News: Response Time Rankings

February 5th, 2016

The Q ranks #2 within “high broadband Internet backbone response time”.

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Webinar: 6 Ways to Reach Tablet Shoppers to Drive ROI

January 11th, 2012

I presented at this webinar on January 11, 2012, along with Sucharita Mulpuru of Forrester Research and Nathan Richter of Monetate. My portion discussed the process that my company uses to identify, prioritize and implement tablet optimization initiatives.

The webinar is available onDemand for 90 days.

Guest Speaker at Rutgers

June 13th, 2011

I recently appeared as a guest speaker at Rutgers University in their MLIS 512 Interface Design class. I spoke about heuristic evaluations and how they are used in the “real” world (versus the academic world).

2010 IA Summit Presentation

April 18th, 2010

I gave a presentation at the 2010 IA Summit entitled “Better Faceted Navigation: Advanced Design Techniques”. Description and slides after the jump.

Read the rest of this entry »’s New TV Campaign

March 16th, 2009

ESPN recently redesigned their website (not sure exactly when) and has launched a new TV campaign to promote the site. If you haven’t seen the ads, watch below, then read:

In general, I find it interesting that they have chosen to promote the subdirectory URL (i.e. aspect of the site, since, in my experience, novice users don’t always fully understand how to use those URLs (and clearly ESPN has to appeal to the entire population). Though I’ve found that people tend to find “” clearer than the other method — “”, in general they are far less likely to use a subdomain than to just go to the main site and look for the content they seek.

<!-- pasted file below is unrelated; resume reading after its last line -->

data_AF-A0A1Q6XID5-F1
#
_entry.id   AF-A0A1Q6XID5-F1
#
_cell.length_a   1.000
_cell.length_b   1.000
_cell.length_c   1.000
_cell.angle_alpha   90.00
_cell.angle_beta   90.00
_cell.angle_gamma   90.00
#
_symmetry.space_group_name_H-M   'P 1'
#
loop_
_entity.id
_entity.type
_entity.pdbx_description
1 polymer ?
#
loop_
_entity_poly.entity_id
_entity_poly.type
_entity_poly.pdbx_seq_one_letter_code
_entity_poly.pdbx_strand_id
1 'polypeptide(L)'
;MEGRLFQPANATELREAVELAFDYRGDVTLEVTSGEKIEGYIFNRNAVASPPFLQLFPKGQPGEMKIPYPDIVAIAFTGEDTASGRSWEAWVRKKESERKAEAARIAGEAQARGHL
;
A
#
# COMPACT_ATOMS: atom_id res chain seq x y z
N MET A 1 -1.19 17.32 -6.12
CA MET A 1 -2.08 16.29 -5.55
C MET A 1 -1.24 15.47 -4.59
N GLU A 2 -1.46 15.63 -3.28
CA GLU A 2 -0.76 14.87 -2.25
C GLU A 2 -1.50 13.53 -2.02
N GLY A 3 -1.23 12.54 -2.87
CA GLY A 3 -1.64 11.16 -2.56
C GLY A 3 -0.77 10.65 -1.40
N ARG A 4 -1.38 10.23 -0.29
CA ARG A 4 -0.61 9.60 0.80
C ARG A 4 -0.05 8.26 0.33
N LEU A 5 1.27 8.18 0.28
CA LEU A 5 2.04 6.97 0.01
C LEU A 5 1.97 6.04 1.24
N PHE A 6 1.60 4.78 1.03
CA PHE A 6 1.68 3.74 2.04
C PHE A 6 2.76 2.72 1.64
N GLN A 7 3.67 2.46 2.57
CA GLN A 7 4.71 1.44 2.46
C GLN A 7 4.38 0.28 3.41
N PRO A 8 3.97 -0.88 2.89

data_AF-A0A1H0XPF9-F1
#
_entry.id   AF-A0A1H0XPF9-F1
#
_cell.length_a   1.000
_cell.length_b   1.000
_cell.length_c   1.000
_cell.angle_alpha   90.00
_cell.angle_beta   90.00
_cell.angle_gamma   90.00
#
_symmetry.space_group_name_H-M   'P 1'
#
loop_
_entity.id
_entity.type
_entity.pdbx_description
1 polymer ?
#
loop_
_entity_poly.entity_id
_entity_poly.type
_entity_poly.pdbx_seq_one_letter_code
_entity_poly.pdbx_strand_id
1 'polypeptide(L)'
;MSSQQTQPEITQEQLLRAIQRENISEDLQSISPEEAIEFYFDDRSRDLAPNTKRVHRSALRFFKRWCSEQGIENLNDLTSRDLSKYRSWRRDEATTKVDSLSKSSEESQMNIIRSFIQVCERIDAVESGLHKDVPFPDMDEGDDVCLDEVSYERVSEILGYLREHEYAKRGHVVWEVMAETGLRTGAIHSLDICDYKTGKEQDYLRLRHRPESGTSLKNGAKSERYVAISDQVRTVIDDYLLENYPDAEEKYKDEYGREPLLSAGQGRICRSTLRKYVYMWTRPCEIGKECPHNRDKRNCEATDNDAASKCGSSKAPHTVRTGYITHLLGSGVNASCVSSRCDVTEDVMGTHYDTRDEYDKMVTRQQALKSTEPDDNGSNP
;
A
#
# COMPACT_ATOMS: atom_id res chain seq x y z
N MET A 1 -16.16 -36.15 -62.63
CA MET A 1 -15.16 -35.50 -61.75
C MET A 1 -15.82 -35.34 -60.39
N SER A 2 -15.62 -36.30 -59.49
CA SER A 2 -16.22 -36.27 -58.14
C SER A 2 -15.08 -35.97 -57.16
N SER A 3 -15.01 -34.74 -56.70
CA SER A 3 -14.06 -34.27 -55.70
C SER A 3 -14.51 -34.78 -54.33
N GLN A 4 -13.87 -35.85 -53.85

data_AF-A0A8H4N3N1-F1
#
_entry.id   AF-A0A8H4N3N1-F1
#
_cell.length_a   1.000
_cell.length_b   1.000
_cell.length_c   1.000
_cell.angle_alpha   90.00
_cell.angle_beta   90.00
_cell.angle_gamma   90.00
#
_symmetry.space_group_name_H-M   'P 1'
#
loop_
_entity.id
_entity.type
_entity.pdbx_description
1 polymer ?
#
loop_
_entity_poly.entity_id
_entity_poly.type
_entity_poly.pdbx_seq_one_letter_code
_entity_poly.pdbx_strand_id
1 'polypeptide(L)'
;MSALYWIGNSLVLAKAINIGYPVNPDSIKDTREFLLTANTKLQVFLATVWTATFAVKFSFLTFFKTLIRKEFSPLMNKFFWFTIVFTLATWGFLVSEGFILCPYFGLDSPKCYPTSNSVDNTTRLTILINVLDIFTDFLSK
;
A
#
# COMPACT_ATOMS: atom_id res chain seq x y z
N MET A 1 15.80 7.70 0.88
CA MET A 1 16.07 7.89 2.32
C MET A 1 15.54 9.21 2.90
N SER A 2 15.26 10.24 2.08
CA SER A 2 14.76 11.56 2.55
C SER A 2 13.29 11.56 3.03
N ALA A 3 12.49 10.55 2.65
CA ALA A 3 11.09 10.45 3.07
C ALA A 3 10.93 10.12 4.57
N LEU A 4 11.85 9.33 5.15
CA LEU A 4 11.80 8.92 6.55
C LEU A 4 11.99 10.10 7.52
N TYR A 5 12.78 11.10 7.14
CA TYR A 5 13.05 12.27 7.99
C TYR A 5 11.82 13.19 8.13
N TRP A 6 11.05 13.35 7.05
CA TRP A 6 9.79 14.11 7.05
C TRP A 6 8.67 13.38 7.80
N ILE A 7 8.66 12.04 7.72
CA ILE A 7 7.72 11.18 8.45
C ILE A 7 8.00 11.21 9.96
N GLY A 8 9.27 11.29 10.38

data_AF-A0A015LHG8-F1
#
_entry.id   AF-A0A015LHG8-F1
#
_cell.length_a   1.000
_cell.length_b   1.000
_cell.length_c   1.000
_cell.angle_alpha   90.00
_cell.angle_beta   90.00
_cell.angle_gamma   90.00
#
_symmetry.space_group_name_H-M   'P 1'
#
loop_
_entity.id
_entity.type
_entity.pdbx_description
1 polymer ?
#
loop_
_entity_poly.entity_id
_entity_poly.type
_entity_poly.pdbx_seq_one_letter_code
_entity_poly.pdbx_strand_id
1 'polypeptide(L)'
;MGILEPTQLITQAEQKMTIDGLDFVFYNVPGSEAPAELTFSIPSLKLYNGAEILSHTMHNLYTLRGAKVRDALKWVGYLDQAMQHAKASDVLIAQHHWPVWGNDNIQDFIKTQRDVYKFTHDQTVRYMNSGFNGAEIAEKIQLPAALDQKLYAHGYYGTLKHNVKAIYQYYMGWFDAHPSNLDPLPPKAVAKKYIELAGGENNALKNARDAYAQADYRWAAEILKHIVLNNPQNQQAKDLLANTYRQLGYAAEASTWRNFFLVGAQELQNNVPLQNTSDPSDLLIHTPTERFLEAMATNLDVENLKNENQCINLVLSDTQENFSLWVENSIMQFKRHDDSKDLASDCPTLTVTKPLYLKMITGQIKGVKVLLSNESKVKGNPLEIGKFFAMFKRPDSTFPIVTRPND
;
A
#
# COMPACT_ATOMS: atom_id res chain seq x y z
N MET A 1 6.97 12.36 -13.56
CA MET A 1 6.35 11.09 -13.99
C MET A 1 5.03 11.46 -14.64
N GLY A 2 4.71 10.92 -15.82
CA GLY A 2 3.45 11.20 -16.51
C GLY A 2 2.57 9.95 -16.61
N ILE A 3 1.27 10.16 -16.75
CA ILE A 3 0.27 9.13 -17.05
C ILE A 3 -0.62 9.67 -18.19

In spite of that larger issue, I noticed some other minor issues that could create big problems for the worldwide leader:

The voiceover states (verbatim), “espn dot com, slash… Bill Simmons, The Celtics, The Fighting Irish, Mike Golic, Serbian Table Tennis Sensation Biba Golic…” However, typing in does not work (caps for emphasis only). Nor does or! Ok, so maybe that last one is a bit of a stretch, and when they quickly run through the URLs at the end of the commercial, the “the” is gone (as is the “serbian…”), but still, shouldn’t the voiceover state the URL correctly?

I suspected another flaw was that they showed spaces in the names of multi-word items (i.e. Bill (space) Simmons), but typing the space into the URL actually works! Clearly somebody was thinking of these types of issues, so how did they miss the announcer stating “The Celtics”???